Australians with serious mental illness are living on average for 10-32 years less than the rest of the population, mainly due to preventable and treatable diseases like diabetes. No wonder, these early, preventable deaths have been described as a scandal.
Clearly, people with mental health issues like depression, schizophrenia and bipolar disorder are not benefiting from advances in the treatment and prevention of physical disease the rest of society enjoys.
A double whammy
People living with serious mental health issues are significantly more likely to be obese, have impaired blood sugar levels (diabetes) and high cholesterol, risk factors collectively referred to as metabolic syndrome. There are several reasons behind this high rate of physical disease, many of which can be modified.
Medications used to treat mental illness, although an essential part of treatment, can affect people’s physical health. Some medications can lead to significant weight gain, particularly in the first two years of treatment, (typically around 7kg within 12 weeks).
Increased hunger and reduced physical activity associated with some medications are also major contributors to gaining weight. These medications have direct metabolic effects including changes in blood sugar levels, likely due to alterations in hormones such as glucagon. Understandably these serious physical side effects can lead to people not taking their medication.
People with mental illness are more likely to smoke, with one third of all cigarettes smoked in the US smoked by someone with a mental illness.
Having a mental illness is associated with unhealthy eating, including excessive energy intake and a poor diet high in processed foods and sugary drinks. This contributes to obesity, heart disease and diabetes.
It’s difficult enough to motivate the general population to take regular exercise and choose a healthy diet. But in people living with mental illness, where poor motivation can be an inherent part of the illness, these barriers to a healthy lifestyle are compounded.
Another key issue is the significant social disadvantage often associated with mental illness, which makes a healthy lifestyle even more challenging. This clearly requires a whole-of-government response, to ensure adequate support, infrastructure and funding to make a healthy lifestyle a reality.
Integrating mind and body
Mental health professionals usually focus on psychiatric symptoms, and often feel unqualified to deal with physical health issues. This may lead to physical health problems being overshadowed and inadequately treated. Efforts are underway to ensure the mental health workforce is competent and confident in screening for physical health issues and routinely delivering evidence-based interventions.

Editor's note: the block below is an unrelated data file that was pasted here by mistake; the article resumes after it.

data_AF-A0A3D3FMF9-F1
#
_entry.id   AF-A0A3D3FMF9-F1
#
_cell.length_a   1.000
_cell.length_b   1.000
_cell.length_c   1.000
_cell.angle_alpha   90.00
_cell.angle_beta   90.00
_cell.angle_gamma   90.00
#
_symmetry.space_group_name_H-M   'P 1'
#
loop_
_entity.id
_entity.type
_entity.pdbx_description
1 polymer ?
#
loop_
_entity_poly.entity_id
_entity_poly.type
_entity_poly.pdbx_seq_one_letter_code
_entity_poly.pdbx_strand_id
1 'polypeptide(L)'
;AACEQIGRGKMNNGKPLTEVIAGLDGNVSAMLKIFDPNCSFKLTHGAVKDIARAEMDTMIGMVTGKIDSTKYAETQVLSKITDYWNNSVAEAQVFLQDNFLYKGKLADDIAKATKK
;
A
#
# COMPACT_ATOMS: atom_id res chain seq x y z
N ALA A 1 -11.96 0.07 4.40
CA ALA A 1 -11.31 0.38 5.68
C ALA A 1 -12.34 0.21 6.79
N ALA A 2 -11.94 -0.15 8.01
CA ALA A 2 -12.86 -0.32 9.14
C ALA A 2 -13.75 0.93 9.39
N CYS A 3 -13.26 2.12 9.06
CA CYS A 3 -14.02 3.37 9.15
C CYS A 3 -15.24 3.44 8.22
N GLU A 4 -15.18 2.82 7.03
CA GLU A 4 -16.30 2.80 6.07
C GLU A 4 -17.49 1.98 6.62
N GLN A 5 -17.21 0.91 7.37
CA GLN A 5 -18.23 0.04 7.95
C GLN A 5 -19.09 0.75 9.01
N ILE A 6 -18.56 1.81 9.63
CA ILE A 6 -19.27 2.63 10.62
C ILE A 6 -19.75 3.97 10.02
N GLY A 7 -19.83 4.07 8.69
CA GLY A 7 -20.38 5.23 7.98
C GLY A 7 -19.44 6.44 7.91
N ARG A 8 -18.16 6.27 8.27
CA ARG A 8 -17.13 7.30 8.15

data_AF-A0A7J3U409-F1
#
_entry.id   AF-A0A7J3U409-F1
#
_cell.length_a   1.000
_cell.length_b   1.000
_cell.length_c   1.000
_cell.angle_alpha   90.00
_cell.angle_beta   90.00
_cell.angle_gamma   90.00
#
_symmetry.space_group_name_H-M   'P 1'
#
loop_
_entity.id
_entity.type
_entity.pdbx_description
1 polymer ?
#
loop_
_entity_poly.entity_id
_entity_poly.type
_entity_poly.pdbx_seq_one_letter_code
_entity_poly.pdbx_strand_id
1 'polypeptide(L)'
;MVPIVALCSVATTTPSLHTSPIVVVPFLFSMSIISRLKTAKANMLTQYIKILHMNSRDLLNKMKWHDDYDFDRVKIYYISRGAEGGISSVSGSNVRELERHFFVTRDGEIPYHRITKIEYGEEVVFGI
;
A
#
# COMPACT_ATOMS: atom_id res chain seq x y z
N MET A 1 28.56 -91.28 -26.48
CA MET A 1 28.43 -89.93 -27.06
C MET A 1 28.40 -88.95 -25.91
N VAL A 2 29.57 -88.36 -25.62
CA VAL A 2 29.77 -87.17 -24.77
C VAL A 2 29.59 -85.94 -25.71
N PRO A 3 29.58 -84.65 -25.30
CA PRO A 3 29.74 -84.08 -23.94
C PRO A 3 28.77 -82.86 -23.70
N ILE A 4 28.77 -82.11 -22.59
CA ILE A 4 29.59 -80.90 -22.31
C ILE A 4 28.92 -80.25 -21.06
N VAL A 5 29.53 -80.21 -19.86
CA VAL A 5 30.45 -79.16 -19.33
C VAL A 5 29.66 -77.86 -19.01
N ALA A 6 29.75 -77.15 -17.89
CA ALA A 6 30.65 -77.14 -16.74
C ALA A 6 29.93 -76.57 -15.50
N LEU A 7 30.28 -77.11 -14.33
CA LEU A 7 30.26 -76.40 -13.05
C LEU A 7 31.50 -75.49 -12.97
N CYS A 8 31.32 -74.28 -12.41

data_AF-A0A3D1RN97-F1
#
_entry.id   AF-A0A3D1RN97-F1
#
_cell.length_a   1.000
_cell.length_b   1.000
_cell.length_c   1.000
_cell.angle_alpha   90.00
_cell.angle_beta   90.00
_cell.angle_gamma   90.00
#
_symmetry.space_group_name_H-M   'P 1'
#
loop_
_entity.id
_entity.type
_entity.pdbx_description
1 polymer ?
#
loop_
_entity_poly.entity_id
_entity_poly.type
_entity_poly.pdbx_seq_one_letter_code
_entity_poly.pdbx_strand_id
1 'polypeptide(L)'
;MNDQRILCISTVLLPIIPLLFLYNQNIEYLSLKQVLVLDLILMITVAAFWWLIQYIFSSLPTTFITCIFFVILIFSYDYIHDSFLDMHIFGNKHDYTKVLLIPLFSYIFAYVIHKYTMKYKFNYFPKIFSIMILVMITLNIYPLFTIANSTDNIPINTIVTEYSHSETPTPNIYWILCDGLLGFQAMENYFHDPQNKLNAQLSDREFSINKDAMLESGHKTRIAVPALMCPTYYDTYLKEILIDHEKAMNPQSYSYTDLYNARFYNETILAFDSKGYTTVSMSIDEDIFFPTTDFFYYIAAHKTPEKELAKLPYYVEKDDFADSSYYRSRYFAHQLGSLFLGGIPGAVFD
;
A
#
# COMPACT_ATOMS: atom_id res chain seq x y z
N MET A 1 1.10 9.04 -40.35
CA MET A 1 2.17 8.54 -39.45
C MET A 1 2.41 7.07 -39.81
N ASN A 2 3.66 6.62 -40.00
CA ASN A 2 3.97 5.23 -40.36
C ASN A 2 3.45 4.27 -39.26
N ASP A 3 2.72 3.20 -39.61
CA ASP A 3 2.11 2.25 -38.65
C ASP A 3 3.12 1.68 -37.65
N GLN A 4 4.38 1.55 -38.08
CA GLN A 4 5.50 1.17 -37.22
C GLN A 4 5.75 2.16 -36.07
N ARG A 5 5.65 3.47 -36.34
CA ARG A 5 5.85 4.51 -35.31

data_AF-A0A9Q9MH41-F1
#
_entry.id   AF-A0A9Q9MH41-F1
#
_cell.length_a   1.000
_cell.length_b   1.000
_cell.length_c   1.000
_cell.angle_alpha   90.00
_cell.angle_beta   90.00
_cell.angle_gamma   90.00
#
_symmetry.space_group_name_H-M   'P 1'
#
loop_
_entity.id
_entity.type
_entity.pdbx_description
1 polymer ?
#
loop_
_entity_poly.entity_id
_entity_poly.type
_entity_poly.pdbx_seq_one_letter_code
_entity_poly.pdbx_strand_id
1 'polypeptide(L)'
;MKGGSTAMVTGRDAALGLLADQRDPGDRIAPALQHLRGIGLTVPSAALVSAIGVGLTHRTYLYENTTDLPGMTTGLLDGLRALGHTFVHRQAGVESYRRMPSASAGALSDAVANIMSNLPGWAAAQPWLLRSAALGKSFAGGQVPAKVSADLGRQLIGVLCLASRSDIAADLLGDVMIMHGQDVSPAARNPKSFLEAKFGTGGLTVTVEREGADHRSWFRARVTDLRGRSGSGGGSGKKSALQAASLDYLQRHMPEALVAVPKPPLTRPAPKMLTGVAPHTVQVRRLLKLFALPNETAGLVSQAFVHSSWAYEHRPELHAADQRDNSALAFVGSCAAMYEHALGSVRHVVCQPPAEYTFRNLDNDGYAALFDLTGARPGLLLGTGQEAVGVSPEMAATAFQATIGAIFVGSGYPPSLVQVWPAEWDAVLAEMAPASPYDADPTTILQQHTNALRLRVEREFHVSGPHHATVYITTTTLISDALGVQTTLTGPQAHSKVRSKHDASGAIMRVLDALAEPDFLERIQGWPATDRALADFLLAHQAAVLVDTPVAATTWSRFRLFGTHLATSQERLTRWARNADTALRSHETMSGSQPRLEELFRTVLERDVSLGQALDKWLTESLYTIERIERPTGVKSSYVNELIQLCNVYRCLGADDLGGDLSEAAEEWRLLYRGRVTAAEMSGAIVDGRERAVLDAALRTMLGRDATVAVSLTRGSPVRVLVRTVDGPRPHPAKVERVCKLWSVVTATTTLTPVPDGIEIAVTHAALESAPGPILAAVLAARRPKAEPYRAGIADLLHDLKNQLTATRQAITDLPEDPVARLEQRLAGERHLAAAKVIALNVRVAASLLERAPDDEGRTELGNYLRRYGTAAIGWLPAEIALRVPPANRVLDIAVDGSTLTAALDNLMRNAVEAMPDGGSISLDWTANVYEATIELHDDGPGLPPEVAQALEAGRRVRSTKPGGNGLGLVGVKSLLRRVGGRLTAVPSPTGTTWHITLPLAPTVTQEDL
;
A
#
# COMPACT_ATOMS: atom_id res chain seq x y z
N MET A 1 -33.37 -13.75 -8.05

Addressing the burden of poor physical health among people with mental illness is no longer a knowledge gap, rather it is a failure of implementation.
In 2015 the Royal Australian and New Zealand College of Psychiatrists released a report outlining why psychiatrists and psychiatric services must
think about the whole person, their overall health and the relationship between body and mind.
This includes improving dietary habits, increasing physical activity and reducing smoking.
A critical next step to promoting long-term change is ensuring health professionals receive appropriate undergraduate and postgraduate training that prepares them to provide real world interventions for this vulnerable population.
For example, dietitians and exercise physiologists should receive training in psychopathology, while medical students need to be exposed to principles of lifestyle interventions and the interrelationship between mind and body.
Modern mental health treatment goals include a key focus on improving quality of life for people living with mental illness. Surely the first priority in achieving this goal must be achieving equality of life expectancy to start with.
By Simon Rosenbaum, Society For Mental Health Research Early Career Fellow, UNSW Australia; Katherine Samaras, Professor of Medicine, endocrinologist and clinical researcher, UNSW Australia, and Scott Teasdale, PhD candidate, Dietitian, UNSW Australia